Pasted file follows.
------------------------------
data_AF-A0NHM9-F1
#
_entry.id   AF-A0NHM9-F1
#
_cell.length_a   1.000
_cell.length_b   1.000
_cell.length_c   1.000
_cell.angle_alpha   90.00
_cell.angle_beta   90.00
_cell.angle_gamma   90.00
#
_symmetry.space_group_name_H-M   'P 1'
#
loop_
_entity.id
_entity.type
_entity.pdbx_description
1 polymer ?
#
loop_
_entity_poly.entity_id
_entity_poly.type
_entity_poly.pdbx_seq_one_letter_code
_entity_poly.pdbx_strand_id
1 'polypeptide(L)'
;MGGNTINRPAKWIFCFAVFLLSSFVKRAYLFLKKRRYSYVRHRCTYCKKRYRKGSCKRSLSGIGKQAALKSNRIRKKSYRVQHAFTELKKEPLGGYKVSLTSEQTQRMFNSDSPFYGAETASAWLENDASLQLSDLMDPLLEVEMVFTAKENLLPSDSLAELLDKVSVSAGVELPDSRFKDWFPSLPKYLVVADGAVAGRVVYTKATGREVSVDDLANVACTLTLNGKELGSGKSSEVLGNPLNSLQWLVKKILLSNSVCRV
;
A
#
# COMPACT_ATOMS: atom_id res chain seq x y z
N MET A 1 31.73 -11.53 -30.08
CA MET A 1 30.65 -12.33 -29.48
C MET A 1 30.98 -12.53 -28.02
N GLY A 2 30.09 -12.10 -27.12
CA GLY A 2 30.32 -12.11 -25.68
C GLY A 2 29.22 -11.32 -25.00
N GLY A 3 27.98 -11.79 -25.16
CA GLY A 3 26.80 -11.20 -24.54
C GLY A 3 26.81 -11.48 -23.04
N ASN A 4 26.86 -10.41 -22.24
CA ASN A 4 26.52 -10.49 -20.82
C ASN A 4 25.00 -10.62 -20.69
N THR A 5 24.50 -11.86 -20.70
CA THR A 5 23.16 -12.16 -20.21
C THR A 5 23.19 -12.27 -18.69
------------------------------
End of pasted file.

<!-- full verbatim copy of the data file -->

data_AF-A0NHM9-F1
#
_entry.id   AF-A0NHM9-F1
#
_cell.length_a   1.000
_cell.length_b   1.000
_cell.length_c   1.000
_cell.angle_alpha   90.00
_cell.angle_beta   90.00
_cell.angle_gamma   90.00
#
_symmetry.space_group_name_H-M   'P 1'
#
loop_
_entity.id
_entity.type
_entity.pdbx_description
1 polymer ?
#
loop_
_entity_poly.entity_id
_entity_poly.type
_entity_poly.pdbx_seq_one_letter_code
_entity_poly.pdbx_strand_id
1 'polypeptide(L)'
;MGGNTINRPAKWIFCFAVFLLSSFVKRAYLFLKKRRYSYVRHRCTYCKKRYRKGSCKRSLSGIGKQAALKSNRIRKKSYRVQHAFTELKKEPLGGYKVSLTSEQTQRMFNSDSPFYGAETASAWLENDASLQLSDLMDPLLEVEMVFTAKENLLPSDSLAELLDKVSVSAGVELPDSRFKDWFPSLPKYLVVADGAVAGRVVYTKATGREVSVDDLANVACTLTLNGKELGSGKSSEVLGNPLNSLQWLVKKILLSNSVCRV
;
A
#
# COMPACT_ATOMS: atom_id res chain seq x y z
N MET A 1 31.73 -11.53 -30.08
CA MET A 1 30.65 -12.33 -29.48
C MET A 1 30.98 -12.53 -28.02
N GLY A 2 30.09 -12.10 -27.12
CA GLY A 2 30.32 -12.11 -25.68
C GLY A 2 29.22 -11.32 -25.00
N GLY A 3 27.98 -11.79 -25.16
CA GLY A 3 26.80 -11.20 -24.54
C GLY A 3 26.81 -11.48 -23.04
N ASN A 4 26.86 -10.41 -22.24
CA ASN A 4 26.52 -10.49 -20.82
C ASN A 4 25.00 -10.62 -20.69
N THR A 5 24.50 -11.86 -20.70
CA THR A 5 23.16 -12.16 -20.21
C THR A 5 23.19 -12.27 -18.69